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Indians’ love for things Foreign …is this a virus more dangerous than Covid-19?


How often have I seen a situation, for example that of having to choose a professor for an a higher educational institution, or a senior manager for business organization when people around me urgently advise me to pick the candidate who has an foreign degree or foreign work experience. When I ask them, why, they look back at me with a puzzled look, as if I have raised a question about something that is so self-evident.

When the decision in question is about choosing “just another” professor or manager, it could be rationally justified as an attempt to provide a cultural mix that can only be for the good. But when it is for the head of an Indian Institute of Management or the head of a policy making national institution and I again raise the question why, again I get greeted with that puzzled look.
Its not that the persons so enamored with a foreign degree or foreign work experience are run-of-the-mill folks: I have seen current or former Secretaries to government or Managing Directors of successful businesses show those inclination for things foreign.

Some professional disciplines appear to be more prone to it than others: the economics profession seems to be more prone to it than others. Roles like the Reserve Bank of India Governors, or Economic Advisors to State or Central Governments must brandish a foreign degree/work experience (the current RBI Governor is an unusual exception to this hallowed rule). Its almost as if, after half-a-century of Independence and investment in higher education we just cannot seem to believe that our Universities cannot produce an Economic thinker good enough.

I have seen this personally most acutely in the choice of Directors of the Indian Institutes of Managements. Even if there are excellent and proven India-based internal candidates, the push from other Board members if to find a person who is currently a Professor in a foreign (often American university). And this push is irresistibly strong when the Chairman of the IIM in question which is looking for a Director has had no prior education at an IIM or IIT but is otherwise a successful business executive.

I can by now predict what happens when such an Non-Resident Indian candidate is chosen: he or she is by then in the final stages of their career often with a mere half-a-dozen years to go for retirement in their ,for example, American university and does not want, under any circumstance to jeopardize their retirement benefits from that university. Secondly, the families are firmly settled in America and cannot relocate to India. All this results in the chosen Director performing as a Guest Artist- visiting their Indian campus occasionally.
Again, its not this Guest Artiste role that causes the damage. Such visiting NRI Directors don’t have the time to make the 5-10 year emotional commitment to create any truly innovative Research Centre or a revolutionary Curriculum change.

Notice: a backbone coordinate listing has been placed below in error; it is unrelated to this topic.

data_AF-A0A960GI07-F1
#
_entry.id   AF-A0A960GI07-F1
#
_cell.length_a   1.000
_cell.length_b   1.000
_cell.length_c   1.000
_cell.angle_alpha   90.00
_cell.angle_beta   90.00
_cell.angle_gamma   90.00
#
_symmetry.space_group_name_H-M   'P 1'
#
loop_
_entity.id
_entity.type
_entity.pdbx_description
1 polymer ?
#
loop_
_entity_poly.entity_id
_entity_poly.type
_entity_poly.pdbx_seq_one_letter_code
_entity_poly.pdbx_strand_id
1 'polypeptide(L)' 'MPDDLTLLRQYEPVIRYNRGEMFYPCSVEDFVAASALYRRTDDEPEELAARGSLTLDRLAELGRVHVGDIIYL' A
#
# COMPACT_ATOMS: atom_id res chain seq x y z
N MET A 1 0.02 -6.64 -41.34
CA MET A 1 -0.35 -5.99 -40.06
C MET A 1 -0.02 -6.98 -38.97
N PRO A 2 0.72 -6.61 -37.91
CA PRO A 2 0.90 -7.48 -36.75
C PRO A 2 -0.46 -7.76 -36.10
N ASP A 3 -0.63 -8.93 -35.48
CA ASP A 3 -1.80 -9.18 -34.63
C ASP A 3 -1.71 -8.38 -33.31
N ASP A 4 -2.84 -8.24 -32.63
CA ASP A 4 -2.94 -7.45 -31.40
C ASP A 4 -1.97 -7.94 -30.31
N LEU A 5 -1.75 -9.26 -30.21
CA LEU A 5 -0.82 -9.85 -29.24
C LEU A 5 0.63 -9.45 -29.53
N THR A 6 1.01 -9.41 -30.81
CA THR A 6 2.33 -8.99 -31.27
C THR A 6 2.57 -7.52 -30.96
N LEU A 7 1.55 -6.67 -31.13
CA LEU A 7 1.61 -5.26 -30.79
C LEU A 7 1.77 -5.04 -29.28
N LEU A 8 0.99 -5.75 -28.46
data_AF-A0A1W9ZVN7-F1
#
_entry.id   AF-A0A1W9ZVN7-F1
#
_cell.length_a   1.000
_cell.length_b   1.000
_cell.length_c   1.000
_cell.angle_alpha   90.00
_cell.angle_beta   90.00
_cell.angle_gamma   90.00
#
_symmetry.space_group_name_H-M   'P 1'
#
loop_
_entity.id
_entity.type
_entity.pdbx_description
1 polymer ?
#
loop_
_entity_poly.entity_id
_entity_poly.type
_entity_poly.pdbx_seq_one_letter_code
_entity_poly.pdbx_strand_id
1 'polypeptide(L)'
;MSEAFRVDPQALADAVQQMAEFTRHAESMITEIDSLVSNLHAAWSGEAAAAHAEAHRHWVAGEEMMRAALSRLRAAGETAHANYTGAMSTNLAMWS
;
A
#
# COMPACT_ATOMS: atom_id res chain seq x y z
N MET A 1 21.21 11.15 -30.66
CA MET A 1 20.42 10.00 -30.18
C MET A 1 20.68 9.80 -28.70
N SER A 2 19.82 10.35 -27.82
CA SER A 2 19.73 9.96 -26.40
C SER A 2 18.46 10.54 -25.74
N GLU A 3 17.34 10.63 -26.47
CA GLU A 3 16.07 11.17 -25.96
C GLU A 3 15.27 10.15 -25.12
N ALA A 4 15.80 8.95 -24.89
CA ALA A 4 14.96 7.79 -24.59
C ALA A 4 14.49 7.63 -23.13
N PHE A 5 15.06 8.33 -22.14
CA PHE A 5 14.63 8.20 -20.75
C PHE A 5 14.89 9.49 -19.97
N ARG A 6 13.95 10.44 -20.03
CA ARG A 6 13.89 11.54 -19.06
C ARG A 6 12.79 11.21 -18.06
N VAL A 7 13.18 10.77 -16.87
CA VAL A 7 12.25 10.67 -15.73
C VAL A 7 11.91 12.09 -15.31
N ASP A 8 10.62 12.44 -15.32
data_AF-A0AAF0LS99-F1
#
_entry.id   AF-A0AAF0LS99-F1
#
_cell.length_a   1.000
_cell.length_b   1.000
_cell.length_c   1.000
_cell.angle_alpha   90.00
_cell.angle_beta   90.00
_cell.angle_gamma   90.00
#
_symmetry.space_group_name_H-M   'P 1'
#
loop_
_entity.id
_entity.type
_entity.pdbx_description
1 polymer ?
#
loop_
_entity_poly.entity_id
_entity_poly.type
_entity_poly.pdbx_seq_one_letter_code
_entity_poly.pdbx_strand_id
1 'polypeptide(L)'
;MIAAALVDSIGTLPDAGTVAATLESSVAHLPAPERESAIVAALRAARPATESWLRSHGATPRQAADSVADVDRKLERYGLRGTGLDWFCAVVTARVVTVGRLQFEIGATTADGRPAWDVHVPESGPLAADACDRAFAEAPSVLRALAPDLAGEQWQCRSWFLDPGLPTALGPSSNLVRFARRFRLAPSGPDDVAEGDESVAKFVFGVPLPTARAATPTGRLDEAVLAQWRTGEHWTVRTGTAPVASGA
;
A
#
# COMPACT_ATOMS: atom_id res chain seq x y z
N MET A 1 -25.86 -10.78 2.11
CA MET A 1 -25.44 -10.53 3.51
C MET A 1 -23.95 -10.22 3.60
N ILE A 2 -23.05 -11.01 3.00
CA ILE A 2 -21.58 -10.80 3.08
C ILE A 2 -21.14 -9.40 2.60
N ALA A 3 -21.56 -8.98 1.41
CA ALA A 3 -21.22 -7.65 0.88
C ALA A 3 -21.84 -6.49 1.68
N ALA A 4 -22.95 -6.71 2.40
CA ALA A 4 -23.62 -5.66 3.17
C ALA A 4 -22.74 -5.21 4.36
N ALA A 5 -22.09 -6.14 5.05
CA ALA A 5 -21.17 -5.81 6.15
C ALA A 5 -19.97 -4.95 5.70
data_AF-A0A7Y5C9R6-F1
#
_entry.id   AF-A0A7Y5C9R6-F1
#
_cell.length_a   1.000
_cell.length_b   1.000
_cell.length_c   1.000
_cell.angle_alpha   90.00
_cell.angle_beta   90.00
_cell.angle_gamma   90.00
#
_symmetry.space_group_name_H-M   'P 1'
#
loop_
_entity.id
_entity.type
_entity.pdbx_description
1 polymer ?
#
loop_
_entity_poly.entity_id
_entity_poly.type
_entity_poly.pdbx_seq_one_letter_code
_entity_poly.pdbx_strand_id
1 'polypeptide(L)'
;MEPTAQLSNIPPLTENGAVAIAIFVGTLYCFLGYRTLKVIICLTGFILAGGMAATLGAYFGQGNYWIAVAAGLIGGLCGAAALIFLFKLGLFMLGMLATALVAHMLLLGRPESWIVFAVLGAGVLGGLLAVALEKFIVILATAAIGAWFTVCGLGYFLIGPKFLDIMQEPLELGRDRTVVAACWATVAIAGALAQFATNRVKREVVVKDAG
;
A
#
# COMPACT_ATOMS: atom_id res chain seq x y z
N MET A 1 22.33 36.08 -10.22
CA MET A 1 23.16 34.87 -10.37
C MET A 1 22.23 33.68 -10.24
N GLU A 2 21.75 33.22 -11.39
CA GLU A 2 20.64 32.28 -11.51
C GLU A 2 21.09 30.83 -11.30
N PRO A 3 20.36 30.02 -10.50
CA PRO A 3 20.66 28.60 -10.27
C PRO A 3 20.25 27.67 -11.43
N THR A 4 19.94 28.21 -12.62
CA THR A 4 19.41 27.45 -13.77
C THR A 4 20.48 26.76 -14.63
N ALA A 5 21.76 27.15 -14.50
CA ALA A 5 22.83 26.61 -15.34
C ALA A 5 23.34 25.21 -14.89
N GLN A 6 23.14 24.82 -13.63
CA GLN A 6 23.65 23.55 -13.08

I have seen otherwise great IIMs flounder for a decade after such an NRI Guest Artist Director choice.

And at the policy-making level, such Policy-Making-Guest Artistes during their tenure in India propagate the Western Fashion of the day being it the ideology of Socialism-Public-Sector-Primacy in the 1950-1970 period or the Low-Interest- Rates-Shareholder-Value-Maximization in the current era.

And at a more macro level, I have found something disturbing about Indian who pine to go to college abroad. Some of this passion for going abroad is part of being just practical: because entry into the top Indian post-grad institutions like the IIMs or the IITs or Medical Colleges (to name a few institution types) is extremely competitive. So, if your parents are well-to-do, all you need to get into a Harvard or Harvard-like prestigious educational institution is to ask your dad to write a fat cheque for your admission. The Pulitzer Prize winning 2005 book, The Price of Admission: How America’s Ruling Class Buys Its Way into Elite Colleges – and Who Gets Left Outside the Gates by Daniel Golden spells out how this is done extensively.
The fervent desire to go abroad after an IIM or IIT degree is driven partly by a deeply held belief in some Indian families and communities that life abroad will be both fairer and materially more rewarding for them. And considering that practically all large Indian businesses are run by families it has become practically a iron-clad rule that they will be educated abroad and come back to run their family businesses. And since this foreign education stint is most often in the Arts and Commerce field, they return back to India with the entrenched belief that all technology-based innovation in business is best left to the West. Their role is to manage business through contacts and relationships.

All this has created a nation-wide culture that any kind of India-based innovation and thinking is not something that Indians can do. All intellectual creation is best left to the West. This complete distrust in any India-based innovation is rampant even among the current senior Civil Servants.
Is all this because of the several hundred years of British colonialization? Is that put a virus inside us Indians that leads to a distrust of things Indian particularly in matters of science and technology? This is clearly a virus more dangerous and more long-lasting than COVID-19, so, should we launch an equally vigorous struggle to eliminate this virus?
ajitb@rediffmail.com

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